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Five Things to Do Before a Sales Tax Audit

January 5, 2015

Tax Services Group

Sales and use tax audits can be painful, especially for small and mid-sized businesses. For the unprepared, these audits shed light on areas of noncompliance and, more often than not, end with an assessment. Here are five proactive tips to ease the pain before you receive the dreaded audit notification:

  1. Have a use tax accrual system in place. Remember that laptop you bought on the Internet? When the vendor does not charge sales tax, many businesses recognize that this creates use tax liability. Despite this knowledge, many businesses fail to establish a use tax accrual system that consistently self-assesses on untaxed purchases. Not only is the failure to remit use tax a huge red flag that could trigger an audit, it almost certainly ensures that untaxed items will be picked up by an auditor leading to assessments, including potential penalty and interest.
  2. Understand what you are selling.Does your service agreement license software? Are you a contractor operating under lump sum and time and materials contracts? Did you just sell a warranty? Companies can know their product inside and out and still not understand the sales tax implications of what they are selling. This can lead to significant pain when a company has to pay sales tax on multiple years of sales during an audit. This sales tax could have been collected from your customer at the time of the sale, but efforts to collect it long after the fact are often futile.
  3. Review your nexus exposure. Are you storing inventory in State A? What about that sales person making trips to State B? Did you drive a delivery truck into State C? Sales tax collection responsibilities are triggered by establishing nexus (i.e., a sufficient physical presence) in a state. When companies ignore their nexus exposure, they are taking a big gamble. If they get caught, the failure to file returns in a state could mean that there is no statute of limitations applied to a state’s review (that 3-year audit period just turned into a 10-year audit period). Companies can reduce their risk by constantly keeping an eye on their nexus creating activities, and considering voluntary disclosure agreements for states with significant exposure.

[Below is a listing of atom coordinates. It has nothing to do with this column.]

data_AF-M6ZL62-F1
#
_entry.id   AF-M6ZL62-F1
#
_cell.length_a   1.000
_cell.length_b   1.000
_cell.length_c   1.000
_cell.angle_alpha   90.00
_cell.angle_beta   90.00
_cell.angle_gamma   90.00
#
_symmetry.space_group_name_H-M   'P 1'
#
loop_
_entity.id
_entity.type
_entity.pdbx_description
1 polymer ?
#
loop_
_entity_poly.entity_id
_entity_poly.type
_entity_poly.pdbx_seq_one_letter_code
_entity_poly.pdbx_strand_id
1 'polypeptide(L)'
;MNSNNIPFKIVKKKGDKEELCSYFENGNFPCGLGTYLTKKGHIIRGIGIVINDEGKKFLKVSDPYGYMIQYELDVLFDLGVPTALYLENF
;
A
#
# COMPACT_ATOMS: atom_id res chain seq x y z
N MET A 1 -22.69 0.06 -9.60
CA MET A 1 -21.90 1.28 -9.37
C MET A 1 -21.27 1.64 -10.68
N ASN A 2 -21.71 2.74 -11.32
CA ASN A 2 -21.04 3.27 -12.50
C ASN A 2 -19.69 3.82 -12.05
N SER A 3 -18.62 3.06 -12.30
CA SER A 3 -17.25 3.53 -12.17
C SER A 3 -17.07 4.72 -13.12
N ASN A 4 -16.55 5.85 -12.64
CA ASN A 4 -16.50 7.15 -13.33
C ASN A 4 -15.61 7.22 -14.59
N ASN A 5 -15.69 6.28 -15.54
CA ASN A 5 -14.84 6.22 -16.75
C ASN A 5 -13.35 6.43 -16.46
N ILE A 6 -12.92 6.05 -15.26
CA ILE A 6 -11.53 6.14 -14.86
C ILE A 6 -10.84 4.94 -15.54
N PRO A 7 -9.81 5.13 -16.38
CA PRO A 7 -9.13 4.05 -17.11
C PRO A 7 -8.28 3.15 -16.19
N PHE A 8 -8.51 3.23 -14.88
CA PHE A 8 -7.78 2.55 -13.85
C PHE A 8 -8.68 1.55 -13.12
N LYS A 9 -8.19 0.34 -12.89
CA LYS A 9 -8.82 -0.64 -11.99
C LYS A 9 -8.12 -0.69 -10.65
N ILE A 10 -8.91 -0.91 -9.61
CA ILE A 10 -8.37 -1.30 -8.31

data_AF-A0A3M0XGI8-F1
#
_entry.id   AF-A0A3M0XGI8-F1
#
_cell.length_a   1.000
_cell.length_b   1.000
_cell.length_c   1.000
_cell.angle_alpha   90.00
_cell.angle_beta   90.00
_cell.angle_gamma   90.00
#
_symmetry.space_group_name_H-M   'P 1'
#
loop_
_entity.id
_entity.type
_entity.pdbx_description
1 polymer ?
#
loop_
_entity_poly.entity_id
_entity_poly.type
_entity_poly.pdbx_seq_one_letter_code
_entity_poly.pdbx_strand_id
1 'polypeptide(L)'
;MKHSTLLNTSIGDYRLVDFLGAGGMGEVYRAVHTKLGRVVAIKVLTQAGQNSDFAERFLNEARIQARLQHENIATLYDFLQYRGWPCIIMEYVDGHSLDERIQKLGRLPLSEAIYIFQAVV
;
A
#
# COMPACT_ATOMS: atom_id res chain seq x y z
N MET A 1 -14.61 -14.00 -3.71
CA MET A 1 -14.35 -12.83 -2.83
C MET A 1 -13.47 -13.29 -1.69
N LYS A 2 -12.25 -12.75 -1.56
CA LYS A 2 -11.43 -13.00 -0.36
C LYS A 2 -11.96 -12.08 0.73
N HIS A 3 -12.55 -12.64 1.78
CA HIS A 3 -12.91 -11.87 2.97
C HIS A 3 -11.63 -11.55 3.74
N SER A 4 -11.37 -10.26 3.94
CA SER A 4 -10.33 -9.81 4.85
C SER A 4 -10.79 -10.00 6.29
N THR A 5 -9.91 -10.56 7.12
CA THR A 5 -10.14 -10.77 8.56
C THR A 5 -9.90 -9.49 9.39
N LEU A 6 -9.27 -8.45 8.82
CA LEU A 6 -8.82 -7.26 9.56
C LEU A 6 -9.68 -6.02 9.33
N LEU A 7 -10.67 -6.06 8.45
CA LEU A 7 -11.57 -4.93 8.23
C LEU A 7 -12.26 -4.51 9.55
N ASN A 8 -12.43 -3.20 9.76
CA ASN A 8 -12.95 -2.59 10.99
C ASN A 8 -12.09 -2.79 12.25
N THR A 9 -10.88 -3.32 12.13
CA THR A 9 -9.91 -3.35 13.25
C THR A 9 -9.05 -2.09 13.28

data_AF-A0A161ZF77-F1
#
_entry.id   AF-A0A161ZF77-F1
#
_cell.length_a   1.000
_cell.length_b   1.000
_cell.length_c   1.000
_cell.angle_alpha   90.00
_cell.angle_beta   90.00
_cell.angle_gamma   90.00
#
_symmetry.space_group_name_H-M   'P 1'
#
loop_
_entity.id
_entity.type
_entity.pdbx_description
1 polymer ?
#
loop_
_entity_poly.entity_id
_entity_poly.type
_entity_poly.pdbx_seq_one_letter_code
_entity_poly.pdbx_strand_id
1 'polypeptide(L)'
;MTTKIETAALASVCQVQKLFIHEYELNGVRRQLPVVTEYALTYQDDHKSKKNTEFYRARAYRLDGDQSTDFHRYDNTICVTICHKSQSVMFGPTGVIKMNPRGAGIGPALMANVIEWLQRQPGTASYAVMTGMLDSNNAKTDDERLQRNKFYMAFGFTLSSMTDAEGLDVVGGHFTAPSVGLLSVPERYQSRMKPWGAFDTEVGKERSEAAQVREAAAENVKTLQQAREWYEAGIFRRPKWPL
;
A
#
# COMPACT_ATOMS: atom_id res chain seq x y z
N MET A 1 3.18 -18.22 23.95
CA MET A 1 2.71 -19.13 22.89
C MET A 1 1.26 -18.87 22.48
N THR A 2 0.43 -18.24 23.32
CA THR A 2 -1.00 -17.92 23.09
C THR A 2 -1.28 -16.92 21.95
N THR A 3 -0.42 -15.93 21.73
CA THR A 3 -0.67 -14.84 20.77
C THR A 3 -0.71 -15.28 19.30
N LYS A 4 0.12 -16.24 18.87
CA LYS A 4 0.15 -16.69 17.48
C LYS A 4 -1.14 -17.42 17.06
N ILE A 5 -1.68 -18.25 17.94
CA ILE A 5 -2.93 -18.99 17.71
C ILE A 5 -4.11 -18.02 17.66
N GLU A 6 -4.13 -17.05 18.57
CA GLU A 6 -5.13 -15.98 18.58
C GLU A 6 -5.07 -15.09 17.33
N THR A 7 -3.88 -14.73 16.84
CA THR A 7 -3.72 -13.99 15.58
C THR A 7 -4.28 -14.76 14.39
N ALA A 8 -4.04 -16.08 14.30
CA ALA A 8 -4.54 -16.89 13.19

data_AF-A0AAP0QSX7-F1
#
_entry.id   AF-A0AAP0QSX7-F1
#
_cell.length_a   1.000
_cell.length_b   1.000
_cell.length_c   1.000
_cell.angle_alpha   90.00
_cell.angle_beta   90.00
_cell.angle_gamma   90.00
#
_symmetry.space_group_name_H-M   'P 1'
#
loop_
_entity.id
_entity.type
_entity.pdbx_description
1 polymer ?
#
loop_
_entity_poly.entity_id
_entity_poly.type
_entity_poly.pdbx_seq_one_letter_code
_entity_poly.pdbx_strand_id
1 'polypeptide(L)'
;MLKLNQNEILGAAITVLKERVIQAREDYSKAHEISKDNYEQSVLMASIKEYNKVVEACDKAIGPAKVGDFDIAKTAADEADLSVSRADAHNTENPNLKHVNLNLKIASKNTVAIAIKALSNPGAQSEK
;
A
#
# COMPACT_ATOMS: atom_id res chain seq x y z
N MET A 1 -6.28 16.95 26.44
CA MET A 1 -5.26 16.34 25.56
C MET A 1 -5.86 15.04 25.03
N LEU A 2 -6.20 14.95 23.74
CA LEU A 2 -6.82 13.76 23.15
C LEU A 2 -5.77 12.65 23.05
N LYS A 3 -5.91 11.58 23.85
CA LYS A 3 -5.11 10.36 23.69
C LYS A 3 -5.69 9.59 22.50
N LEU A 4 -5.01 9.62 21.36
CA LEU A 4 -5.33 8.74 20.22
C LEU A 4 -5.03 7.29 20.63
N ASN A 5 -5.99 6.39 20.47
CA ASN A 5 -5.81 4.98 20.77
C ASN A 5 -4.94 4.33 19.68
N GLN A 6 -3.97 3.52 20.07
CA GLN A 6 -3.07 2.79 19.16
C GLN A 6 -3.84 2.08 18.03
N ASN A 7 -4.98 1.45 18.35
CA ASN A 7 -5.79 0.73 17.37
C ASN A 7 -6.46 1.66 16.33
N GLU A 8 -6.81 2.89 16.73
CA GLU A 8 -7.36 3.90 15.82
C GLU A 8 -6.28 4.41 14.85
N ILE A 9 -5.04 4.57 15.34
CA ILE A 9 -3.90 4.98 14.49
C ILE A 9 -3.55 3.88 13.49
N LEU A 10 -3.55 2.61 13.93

4. Collect properly completed exemption certificates at the time of the transaction.If you are selling a taxable product in a state where you have nexus, you need to either collect sales tax or obtain a properly completed exemption certificate. Sales tax audits often boil down to how good the documentation is, with exemption certificates often being the most important. Even if an auditor is kind enough to give you time to go back to customers to get a certificate, there is no guarantee that you will be able to track them down. Take a look at your exempt customers and make sure you have an exemption certificate on file. While you are at it, make sure that the certificate is signed and properly completed.
  5. Apply exemptions correctly. Sales tax is a huge cost that is largely shouldered by businesses. Understanding exemptions for certain purchases (manufacturing, transportation, and R&D equipment are examples that are commonly exempted) can result in huge savings for companies. On the other hand, applying exemptions too broadly can result in significant exposure. Companies often fall into the trap of thinking exemptions are more generous than they actually are.

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